A visually gifted director, Christophe Gans' deep abiding love for genre fare and pop-culture imbued each of his film endeavors with a patina of authenticity and passion. A graduate of France's respec...
Fine Line Features
Enchanté. Bonbons. Toilette. Maison. Those are the only French words that I know, and unfortunately, none of them came in handy when watching the first trailer for writer and director Christophe Gans' version of Beauty and the Beast.
This time around, Gans (Brotherhood of the Wolf and Silent Hill) has opted to adapt the story of the well-known Belle and Beast from the original 1740 version by Madame de Villeneuve instead of the more popular condensed children's version, which was the inspiration for both Jean Cocteau and Walt Disney's films. According to Gans via IndieWire, it is a story "of a family going through a crisis, having lost all of its possessions when the father was ruined" and how the "mythical Beast provides [the] characters with an opportunity to get back on their feet."
The trailer, which is entirely in French, shows the titular Belle, played by Léa Seydoux (Blue Is the Warmest Color), and the Beast, played by Vincent Cassel (Black Swan), in an extremely gray and grim collection of scenes. Yes, there's definitely still the iconic red rose, a castle, and a heartwarming dance scene between Belle and the Beast, but there is also a dramatic overtone of fear, passion, and excitement. From the trailer, the film looks like it might surprise a few naysayers, but as of right now, it doesn't look like it's as "modern" as Seydoux promises it will be. If the plot and script are anything like the costumes, makeup, and scenery in the trailer, then things aren't looking exactly as modern as they could be.
Now excuse me while I watch the trailer again in the hopes of adding a few more words to my French vocabulary:
Beauty and the Beast opens in France on Feb. 12, 2014. There is no U.S. release date as of yet.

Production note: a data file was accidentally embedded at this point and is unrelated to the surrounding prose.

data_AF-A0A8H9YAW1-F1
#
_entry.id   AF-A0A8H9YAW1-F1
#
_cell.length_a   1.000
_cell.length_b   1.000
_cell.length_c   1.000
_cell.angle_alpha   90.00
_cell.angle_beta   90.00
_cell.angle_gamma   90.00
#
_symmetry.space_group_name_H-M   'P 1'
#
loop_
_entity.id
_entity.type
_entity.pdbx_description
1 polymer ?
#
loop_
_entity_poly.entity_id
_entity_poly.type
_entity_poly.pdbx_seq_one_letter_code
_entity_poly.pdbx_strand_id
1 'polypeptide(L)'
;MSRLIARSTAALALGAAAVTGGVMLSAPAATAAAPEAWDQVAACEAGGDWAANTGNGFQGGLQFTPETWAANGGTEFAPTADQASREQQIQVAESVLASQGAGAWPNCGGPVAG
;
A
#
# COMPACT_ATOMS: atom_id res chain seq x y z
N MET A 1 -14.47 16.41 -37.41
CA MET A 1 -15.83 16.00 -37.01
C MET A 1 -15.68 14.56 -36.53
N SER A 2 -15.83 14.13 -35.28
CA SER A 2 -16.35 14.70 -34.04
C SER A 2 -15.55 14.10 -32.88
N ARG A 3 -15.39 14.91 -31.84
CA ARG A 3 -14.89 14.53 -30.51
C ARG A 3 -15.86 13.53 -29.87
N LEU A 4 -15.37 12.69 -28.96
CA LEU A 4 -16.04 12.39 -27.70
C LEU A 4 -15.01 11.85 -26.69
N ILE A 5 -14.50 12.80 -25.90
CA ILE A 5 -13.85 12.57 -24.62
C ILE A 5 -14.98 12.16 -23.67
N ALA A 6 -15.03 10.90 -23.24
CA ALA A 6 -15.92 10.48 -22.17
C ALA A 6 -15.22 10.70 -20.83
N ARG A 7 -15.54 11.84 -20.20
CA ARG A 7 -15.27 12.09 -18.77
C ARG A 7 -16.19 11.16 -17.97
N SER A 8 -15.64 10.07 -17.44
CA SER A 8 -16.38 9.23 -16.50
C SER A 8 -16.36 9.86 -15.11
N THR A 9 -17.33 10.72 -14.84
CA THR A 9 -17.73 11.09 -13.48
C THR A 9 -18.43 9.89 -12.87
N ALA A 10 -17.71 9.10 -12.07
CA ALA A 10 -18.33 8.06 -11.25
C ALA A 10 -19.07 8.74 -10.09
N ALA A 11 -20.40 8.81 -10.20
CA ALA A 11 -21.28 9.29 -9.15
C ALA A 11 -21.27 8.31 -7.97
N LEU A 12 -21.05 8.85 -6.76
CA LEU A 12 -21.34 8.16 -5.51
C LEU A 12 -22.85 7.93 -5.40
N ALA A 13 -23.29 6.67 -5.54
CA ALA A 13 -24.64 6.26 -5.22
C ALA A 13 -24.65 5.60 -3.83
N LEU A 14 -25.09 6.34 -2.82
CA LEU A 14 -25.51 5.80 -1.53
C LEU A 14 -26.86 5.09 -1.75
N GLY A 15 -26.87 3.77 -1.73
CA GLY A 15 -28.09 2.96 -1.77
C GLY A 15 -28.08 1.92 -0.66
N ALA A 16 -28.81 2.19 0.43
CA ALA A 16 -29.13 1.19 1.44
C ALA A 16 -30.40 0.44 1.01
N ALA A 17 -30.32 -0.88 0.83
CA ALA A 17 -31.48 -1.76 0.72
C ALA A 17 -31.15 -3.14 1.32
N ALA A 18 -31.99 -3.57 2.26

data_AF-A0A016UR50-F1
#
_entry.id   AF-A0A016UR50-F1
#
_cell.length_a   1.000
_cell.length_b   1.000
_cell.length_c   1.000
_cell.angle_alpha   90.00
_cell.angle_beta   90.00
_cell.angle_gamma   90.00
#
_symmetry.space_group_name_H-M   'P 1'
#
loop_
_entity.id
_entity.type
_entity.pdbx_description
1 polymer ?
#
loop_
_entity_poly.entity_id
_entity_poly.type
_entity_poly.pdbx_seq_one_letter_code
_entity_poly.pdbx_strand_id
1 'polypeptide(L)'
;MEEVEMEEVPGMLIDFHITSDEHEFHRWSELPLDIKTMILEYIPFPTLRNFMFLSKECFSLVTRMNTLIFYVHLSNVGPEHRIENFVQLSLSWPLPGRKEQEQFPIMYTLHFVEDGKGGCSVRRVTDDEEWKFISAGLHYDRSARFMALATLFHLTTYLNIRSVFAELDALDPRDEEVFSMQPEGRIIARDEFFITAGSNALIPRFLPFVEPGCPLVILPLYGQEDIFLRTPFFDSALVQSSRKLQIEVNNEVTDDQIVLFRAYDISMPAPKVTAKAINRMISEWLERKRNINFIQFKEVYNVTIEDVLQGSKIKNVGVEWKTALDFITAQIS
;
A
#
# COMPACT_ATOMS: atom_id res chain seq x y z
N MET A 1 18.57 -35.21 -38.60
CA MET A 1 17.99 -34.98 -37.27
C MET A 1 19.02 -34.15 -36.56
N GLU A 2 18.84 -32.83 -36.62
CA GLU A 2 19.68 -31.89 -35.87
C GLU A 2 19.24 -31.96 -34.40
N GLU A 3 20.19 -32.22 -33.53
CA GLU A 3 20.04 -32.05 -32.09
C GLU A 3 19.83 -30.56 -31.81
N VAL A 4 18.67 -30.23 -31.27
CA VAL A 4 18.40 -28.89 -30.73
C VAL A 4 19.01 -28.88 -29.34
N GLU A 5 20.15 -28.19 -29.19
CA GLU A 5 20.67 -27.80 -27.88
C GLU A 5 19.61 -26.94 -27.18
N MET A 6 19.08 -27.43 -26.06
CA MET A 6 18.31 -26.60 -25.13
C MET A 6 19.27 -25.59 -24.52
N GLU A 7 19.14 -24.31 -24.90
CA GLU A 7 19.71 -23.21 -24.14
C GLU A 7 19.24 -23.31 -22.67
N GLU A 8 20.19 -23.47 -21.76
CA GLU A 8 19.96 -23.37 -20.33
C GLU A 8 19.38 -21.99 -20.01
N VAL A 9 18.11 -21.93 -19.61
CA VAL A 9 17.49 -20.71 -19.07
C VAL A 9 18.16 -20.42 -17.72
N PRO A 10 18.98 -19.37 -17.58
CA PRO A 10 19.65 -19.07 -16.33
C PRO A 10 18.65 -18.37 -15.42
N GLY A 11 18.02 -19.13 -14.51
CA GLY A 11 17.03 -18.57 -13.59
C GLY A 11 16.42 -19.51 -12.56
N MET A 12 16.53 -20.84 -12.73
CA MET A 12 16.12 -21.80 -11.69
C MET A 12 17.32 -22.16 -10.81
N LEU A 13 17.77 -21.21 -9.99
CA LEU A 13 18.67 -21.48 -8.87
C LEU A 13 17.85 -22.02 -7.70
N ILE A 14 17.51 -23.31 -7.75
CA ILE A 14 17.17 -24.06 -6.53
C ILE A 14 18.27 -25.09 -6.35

Before you blurt out, "Not another Disney remake," pause and take a peek at these new stills from the latest live action remix of Beauty of the Beast.
The new images from Silent Hill director Christophe Gans' film shows that this latest adaption of the French fairy tale has all the enchantment of its beloved animated incarnation, and a whole lot more flare. Midnight in Paris star Lea Seydoux will headline the story as Belle, and Vincent Cassel will hold his glass-encased rose close to his heart as he recreates the role of the Beast.
From the looks of these images, the flick will capture all the essence of the olden days of small town France. However, these stills do portray that the live-action version will delve into a darker tone than its animated predecessor. As inviting as these visuals are, we do wish we got a bit more of a glimpse of the Beast from these shots. I guess he's just a bit shy...
Beauty And The Beast will enchant French audiences on February 12, 2014, before it launches into theatres later on in the U.S.. In the meantime, Take a look below at the pictures from the upcoming fantasy drama.
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Silent Hill: Revelation 3D has a lot of things working against it from the get go. It's based on a video game franchise that debuted in 1999 has been milked for sequels ever since (the current total of Silent Hill games is nine) and the movie itself is a sequel to the disappointingly dumb 2006 film directed by Christophe Gans. What's more the bitter aftertaste of Resident Evil: Retribution is still lingering in the mouths of survival horror movie/gamers and although they have entirely different plots and take place in totally different universes that's not necessarily enough to take the edge off for weary viewers.
It would take a dazzling director with a stellar cast and a first-rate script to overcome those sorts of obstacles and Silent Hill doesn't have any of those things. Writer/director Michael J. Bassett is obviously fond of both video games and horror (his previous movies include Solomon Kane and Deathwatch) the cast is decent with some exceptions and the script… well it's better than Resident Evil. If anything we can give Bassett credit for his enthusiasm. You really can't win when you try and make a video game movie no matter how many hours you spent playing Doom as a teen. Whether that's at the hands of the studios or the creative teams themselves isn't clear; it's simply a nut that hasn't been cracked yet.